In the French romantic comedy Delicacy, there is a gorgeous Parisian woman who’s in a semi-permanent state of celibacy after losing her husband. She ignores advances from handsome men, and ultimately chooses a good-natured Swede with poor fashion sense. Everyone who sees the Swede, including the audience, has an Arrested Development moment where they think “Him?” or “Is he funny or something?” But co-writer/director David Foenkinos, working from his novel, makes us believe in the unlikely pair.
Audrey Tautou stars as Nathalie, the grieving widower. Her doomed marriage to Francois (Pio Marmaï) could not seem more idyllic. They are passionate and quirky, the sort of couple who annually recreate their first chance meeting. Francois dies in a car accident (his final interaction with Nathalie is heartbreakingly perfunctory), and she grieves by focusing on her career.
Years pass, and shortly after Nathalie’s boss (Bruno Todeschini) attempts to seduce her, she calls her underling Markus (Francois Damiens) into her office. Their interaction has been strictly professional, so they’re both taken aback when, apropos of nothing, she gives him a long smooch. Not questioning his good fortune, he kisses her right back. They begin a slow courtship, one fraught with setbacks since neither Nathalie’s boss nor her friends understand Markus’ appeal.
In terms of tone and style, parts of Delicacy play out like a low-key version of 500 Days of Summer. Both feature inter-office romance, gorgeously-lit cinematography, and occasional bouts of twee camera-work. Whereas the 500 Days director is more forceful about his flourishes, Foenkinos lets the style service the story, never the other way around. Nathalie and Markus have a split-screen phone call, for example, and the way the camera follows either character is a fanciful visual accompaniment to their current impasse. And after a triumph with Nathalie, we watch Markus in a fanciful riff on the confidence love inspires.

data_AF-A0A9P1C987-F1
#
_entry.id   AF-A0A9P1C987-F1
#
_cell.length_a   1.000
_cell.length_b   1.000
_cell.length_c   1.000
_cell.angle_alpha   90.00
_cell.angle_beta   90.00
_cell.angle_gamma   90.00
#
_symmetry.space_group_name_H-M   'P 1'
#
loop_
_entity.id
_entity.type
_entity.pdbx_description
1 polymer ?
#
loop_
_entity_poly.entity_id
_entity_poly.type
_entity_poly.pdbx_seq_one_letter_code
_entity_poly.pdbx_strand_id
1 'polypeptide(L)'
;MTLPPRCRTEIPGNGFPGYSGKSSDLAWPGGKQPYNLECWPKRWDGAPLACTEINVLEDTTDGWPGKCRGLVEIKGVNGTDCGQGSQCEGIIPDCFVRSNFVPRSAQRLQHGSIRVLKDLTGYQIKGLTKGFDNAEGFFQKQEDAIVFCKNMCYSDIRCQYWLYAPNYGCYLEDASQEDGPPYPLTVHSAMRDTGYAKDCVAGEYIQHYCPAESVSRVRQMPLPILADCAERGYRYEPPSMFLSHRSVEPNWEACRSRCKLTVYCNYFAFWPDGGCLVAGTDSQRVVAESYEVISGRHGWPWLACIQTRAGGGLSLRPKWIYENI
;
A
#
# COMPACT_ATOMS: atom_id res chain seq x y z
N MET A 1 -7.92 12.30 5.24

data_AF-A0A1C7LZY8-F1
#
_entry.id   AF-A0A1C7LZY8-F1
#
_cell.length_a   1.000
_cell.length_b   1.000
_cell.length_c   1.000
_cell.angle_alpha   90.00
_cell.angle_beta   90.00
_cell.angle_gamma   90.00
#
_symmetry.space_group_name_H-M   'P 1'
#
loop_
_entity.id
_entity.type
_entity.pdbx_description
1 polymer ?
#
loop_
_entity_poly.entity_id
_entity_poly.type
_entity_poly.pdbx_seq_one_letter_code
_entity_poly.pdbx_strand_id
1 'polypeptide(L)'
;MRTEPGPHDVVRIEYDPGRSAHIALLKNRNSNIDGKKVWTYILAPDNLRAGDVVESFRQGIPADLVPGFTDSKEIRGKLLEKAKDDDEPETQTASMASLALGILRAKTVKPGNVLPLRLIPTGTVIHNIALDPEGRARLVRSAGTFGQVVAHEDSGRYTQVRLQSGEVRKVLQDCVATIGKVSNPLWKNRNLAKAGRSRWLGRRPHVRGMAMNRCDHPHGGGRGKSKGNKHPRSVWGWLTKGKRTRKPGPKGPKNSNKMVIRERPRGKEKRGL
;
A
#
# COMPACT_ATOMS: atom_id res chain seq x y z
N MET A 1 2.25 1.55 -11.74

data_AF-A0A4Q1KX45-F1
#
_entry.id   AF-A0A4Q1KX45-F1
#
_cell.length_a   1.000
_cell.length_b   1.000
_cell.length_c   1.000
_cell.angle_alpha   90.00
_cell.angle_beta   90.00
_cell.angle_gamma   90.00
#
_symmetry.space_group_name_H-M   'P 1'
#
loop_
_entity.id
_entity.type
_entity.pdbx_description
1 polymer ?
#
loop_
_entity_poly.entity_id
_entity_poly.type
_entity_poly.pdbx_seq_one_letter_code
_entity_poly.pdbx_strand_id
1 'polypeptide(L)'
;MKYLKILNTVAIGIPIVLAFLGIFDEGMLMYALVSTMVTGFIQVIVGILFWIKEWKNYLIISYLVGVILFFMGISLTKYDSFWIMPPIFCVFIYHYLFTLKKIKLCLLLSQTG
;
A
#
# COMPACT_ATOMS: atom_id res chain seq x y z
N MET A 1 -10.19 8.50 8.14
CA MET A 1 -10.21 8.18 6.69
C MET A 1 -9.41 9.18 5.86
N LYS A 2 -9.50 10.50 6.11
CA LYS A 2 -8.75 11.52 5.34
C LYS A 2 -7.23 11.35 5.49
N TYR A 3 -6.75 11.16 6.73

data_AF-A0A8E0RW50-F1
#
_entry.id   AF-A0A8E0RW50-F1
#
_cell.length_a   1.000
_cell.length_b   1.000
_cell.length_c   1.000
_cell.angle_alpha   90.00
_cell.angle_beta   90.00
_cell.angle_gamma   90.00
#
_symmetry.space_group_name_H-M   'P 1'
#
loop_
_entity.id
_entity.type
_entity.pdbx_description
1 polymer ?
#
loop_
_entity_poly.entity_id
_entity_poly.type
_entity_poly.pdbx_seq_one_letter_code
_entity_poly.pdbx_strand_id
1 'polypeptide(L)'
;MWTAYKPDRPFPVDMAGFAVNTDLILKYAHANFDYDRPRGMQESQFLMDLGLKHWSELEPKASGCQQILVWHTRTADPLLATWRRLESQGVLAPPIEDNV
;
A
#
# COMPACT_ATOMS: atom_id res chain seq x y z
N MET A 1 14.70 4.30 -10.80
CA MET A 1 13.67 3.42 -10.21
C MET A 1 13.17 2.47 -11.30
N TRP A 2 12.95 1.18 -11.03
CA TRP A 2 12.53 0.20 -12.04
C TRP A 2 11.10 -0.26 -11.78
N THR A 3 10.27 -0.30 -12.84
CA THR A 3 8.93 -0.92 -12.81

Markus is more emotive than Nathalie – he’s impulsive and up-front about his feelings – yet Damiens downplays the character. In addition to his shabby appearance, he’s more sensitive than the leading man we’re used to, and he finds confidence from unlikely sources (in a hilarious scene, Markus is inspired by an Obama speech). Foenkinos spends a lot of time with Nathalie before Markus even enters the picture, so we understand why she’s so reserved and pensive. Aside from an unexpectedly touching dance sequence, Tautou moves rigidly and with square shoulders, suggesting her curt nature is a product of the grieving process. How the two influence and soften each other is where the movie finds its heart.
Foenkinos makes sure Francois’ memory casts a shadow over nearly every scene. He achieves this through dialogue, especially since Markus cannot understand why his declarations unearth Nathalie’s long-dormant wounds. Markus grasps the situation late into the movie, and Foenkinos conducts the following final scenes with care. We see how a new lover can feel like betrayal, but like the masterful conclusion to The Best of Youth, the romantic transition has the right combination of empathy and tact. Like its namesake, Delicacy can be frail and slight. But its quiet charms may work if, like me, you need little convincing to cheer for a passionate guy in a beige sweater.